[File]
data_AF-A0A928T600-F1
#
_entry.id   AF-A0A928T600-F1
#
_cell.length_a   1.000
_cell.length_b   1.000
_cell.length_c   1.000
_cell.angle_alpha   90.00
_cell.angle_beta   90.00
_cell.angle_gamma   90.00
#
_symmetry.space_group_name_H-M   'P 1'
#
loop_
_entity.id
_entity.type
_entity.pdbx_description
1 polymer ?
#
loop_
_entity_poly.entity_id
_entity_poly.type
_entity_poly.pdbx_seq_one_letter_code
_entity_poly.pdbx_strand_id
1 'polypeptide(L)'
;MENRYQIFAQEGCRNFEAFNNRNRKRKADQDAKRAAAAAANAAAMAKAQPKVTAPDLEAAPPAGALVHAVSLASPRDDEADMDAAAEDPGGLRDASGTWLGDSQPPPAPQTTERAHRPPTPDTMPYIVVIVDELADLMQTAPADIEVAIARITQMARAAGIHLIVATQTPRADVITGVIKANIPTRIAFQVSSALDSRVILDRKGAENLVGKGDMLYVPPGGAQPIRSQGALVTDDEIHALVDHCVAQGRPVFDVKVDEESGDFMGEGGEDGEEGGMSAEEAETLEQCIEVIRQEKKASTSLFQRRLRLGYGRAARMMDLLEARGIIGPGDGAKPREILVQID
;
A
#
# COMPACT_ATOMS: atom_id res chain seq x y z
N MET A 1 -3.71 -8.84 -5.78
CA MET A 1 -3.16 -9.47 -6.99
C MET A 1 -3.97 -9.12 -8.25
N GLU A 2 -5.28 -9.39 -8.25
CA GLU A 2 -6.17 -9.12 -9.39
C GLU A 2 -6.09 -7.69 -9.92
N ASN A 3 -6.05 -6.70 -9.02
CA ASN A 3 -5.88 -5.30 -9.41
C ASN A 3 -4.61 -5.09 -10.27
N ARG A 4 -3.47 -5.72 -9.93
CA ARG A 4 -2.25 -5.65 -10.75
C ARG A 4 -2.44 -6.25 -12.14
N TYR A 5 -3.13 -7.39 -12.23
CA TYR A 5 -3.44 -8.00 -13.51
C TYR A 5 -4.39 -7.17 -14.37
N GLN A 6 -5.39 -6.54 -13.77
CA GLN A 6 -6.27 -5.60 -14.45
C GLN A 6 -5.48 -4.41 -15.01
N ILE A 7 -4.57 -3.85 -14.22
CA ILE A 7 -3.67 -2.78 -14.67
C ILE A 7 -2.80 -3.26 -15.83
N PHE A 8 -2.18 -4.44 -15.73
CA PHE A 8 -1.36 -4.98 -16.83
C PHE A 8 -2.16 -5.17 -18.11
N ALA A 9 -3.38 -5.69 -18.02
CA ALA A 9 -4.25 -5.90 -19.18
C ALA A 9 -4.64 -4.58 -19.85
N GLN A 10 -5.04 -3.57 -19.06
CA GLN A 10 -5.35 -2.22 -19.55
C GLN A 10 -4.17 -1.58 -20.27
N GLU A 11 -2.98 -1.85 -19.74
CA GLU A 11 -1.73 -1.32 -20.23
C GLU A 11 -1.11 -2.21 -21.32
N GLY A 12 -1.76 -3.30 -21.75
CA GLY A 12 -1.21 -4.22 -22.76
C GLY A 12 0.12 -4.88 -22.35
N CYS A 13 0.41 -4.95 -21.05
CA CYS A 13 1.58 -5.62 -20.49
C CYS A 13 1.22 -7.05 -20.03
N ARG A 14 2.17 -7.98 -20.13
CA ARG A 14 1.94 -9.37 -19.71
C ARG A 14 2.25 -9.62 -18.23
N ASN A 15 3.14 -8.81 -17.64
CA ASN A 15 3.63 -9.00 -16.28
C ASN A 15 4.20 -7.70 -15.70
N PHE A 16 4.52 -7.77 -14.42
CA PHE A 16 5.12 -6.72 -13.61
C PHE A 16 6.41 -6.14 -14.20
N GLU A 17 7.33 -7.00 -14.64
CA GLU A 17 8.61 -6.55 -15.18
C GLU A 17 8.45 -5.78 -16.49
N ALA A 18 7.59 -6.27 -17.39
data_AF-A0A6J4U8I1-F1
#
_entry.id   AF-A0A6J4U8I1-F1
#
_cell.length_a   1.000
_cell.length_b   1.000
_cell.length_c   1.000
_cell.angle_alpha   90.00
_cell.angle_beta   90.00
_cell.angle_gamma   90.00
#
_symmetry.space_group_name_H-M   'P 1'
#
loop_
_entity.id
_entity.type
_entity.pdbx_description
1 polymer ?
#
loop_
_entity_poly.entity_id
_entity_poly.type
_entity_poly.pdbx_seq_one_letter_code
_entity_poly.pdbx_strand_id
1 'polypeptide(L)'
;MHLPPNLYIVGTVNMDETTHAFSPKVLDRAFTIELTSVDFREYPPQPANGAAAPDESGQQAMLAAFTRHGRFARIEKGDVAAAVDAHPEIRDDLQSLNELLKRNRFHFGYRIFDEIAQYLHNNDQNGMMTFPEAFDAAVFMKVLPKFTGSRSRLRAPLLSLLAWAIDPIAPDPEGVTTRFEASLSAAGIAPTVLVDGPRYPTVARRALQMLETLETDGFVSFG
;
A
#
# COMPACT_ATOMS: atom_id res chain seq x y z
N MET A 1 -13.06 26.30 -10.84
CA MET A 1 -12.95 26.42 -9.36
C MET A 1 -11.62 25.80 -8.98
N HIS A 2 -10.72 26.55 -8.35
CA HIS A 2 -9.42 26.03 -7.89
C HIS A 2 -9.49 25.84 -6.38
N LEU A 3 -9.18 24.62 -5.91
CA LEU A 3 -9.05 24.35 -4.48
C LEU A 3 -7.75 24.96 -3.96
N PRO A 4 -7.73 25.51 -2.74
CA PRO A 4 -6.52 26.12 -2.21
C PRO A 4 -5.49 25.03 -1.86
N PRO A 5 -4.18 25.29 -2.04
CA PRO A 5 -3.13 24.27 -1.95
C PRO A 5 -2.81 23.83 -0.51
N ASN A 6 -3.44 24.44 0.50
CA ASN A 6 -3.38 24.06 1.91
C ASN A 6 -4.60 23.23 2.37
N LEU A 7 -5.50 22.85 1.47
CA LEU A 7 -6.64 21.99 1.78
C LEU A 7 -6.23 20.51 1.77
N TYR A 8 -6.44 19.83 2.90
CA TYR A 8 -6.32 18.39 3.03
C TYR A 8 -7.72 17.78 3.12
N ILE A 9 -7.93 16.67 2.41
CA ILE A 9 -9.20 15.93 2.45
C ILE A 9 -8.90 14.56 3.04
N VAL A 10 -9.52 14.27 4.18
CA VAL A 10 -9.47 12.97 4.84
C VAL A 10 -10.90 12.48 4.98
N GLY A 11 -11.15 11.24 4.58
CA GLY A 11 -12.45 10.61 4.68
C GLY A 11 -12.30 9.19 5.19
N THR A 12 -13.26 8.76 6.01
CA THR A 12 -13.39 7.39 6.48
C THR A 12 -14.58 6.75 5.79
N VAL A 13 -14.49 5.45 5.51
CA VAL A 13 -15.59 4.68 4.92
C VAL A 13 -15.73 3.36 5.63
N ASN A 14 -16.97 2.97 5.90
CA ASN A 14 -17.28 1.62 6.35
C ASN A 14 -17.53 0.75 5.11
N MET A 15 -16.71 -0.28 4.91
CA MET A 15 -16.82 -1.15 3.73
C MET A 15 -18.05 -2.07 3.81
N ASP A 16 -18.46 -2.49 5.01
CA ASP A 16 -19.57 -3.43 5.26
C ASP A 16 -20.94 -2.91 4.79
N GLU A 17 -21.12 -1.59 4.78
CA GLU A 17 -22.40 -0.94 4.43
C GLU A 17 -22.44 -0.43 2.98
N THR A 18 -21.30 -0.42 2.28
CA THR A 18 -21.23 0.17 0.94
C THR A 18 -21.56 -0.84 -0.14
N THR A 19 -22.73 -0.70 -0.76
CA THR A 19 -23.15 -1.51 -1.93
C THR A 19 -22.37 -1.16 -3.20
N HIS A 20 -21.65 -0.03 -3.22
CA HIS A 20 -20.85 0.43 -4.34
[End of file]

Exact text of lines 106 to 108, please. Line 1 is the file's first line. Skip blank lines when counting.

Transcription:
_entity_poly.pdbx_strand_id
1 'polypeptide(L)'
;MHLPPNLYIVGTVNMDETTHAFSPKVLDRAFTIELTSVDFREYPPQPANGAAAPDESGQQAMLAAFTRHGRFARIEKGDVAAAVDAHPEIRDDLQSLNELLKRNRFHFGYRIFDEIAQYLHNNDQNGMMTFPEAFDAAVFMKVLPKFTGSRSRLRAPLLSLLAWAIDPIAPDPEGVTTRFEASLSAAGIAPTVLVDGPRYPTVARRALQMLETLETDGFVSFG